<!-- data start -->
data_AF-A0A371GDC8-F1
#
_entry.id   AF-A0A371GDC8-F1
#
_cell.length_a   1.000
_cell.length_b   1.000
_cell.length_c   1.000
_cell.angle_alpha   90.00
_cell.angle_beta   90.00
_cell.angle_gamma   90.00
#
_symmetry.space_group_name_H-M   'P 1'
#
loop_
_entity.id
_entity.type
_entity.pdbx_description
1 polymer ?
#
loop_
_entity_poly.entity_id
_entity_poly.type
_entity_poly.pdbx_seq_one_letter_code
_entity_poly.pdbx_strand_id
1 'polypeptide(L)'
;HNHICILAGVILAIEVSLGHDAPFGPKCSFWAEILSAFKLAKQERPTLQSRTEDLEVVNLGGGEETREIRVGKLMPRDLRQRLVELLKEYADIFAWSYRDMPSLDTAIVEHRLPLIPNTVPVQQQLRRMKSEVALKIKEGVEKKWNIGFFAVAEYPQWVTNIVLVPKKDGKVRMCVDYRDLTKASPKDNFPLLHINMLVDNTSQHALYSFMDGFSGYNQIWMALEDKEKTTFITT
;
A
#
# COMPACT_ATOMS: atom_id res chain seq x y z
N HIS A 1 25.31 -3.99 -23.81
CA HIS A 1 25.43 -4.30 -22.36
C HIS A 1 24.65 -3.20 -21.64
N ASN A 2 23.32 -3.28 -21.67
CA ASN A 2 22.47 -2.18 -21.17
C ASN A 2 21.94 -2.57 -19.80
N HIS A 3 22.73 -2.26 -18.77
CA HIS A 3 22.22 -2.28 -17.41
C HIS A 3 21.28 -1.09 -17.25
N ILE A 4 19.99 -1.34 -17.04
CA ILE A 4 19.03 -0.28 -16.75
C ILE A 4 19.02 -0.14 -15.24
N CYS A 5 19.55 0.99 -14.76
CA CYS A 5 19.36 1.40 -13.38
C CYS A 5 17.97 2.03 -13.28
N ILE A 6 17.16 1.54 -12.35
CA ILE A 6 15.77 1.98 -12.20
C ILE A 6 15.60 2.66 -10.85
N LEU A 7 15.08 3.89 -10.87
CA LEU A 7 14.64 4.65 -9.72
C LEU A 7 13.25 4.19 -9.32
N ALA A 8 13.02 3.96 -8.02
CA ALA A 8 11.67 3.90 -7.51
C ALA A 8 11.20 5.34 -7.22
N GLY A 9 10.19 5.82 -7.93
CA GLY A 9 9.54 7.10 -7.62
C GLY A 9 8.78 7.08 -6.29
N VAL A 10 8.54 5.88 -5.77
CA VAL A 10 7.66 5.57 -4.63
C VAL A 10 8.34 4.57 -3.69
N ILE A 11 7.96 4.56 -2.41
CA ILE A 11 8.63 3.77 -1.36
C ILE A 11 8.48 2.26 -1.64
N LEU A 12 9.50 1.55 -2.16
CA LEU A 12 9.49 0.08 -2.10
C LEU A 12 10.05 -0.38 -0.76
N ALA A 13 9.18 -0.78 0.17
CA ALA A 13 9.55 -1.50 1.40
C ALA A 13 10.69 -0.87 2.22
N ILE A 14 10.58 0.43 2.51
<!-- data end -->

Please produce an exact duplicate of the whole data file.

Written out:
data_AF-A0A371GDC8-F1
#
_entry.id   AF-A0A371GDC8-F1
#
_cell.length_a   1.000
_cell.length_b   1.000
_cell.length_c   1.000
_cell.angle_alpha   90.00
_cell.angle_beta   90.00
_cell.angle_gamma   90.00
#
_symmetry.space_group_name_H-M   'P 1'
#
loop_
_entity.id
_entity.type
_entity.pdbx_description
1 polymer ?
#
loop_
_entity_poly.entity_id
_entity_poly.type
_entity_poly.pdbx_seq_one_letter_code
_entity_poly.pdbx_strand_id
1 'polypeptide(L)'
;HNHICILAGVILAIEVSLGHDAPFGPKCSFWAEILSAFKLAKQERPTLQSRTEDLEVVNLGGGEETREIRVGKLMPRDLRQRLVELLKEYADIFAWSYRDMPSLDTAIVEHRLPLIPNTVPVQQQLRRMKSEVALKIKEGVEKKWNIGFFAVAEYPQWVTNIVLVPKKDGKVRMCVDYRDLTKASPKDNFPLLHINMLVDNTSQHALYSFMDGFSGYNQIWMALEDKEKTTFITT
;
A
#
# COMPACT_ATOMS: atom_id res chain seq x y z
N HIS A 1 25.31 -3.99 -23.81
CA HIS A 1 25.43 -4.30 -22.36
C HIS A 1 24.65 -3.20 -21.64
N ASN A 2 23.32 -3.28 -21.67
CA ASN A 2 22.47 -2.18 -21.17
C ASN A 2 21.94 -2.57 -19.80
N HIS A 3 22.73 -2.26 -18.77
CA HIS A 3 22.22 -2.28 -17.41
C HIS A 3 21.28 -1.09 -17.25
N ILE A 4 19.99 -1.34 -17.04
CA ILE A 4 19.03 -0.28 -16.75
C ILE A 4 19.02 -0.14 -15.24
N CYS A 5 19.55 0.99 -14.76
CA CYS A 5 19.36 1.40 -13.38
C CYS A 5 17.97 2.03 -13.28
N ILE A 6 17.16 1.54 -12.35
CA ILE A 6 15.77 1.98 -12.20
C ILE A 6 15.60 2.66 -10.85
N LEU A 7 15.08 3.89 -10.87
CA LEU A 7 14.64 4.65 -9.72
C LEU A 7 13.25 4.19 -9.32
N ALA A 8 13.02 3.96 -8.02
CA ALA A 8 11.67 3.90 -7.51
C ALA A 8 11.20 5.34 -7.22
N GLY A 9 10.19 5.82 -7.93
CA GLY A 9 9.54 7.10 -7.62
C GLY A 9 8.78 7.08 -6.29
N VAL A 10 8.54 5.88 -5.77
CA VAL A 10 7.66 5.57 -4.63
C VAL A 10 8.34 4.57 -3.69
N ILE A 11 7.96 4.56 -2.41
CA ILE A 11 8.63 3.77 -1.36
C ILE A 11 8.48 2.26 -1.64
N LEU A 12 9.50 1.55 -2.16
CA LEU A 12 9.49 0.08 -2.10
C LEU A 12 10.05 -0.38 -0.76
N ALA A 13 9.18 -0.78 0.17
CA ALA A 13 9.55 -1.50 1.40
C ALA A 13 10.69 -0.87 2.22
N ILE A 14 10.58 0.43 2.51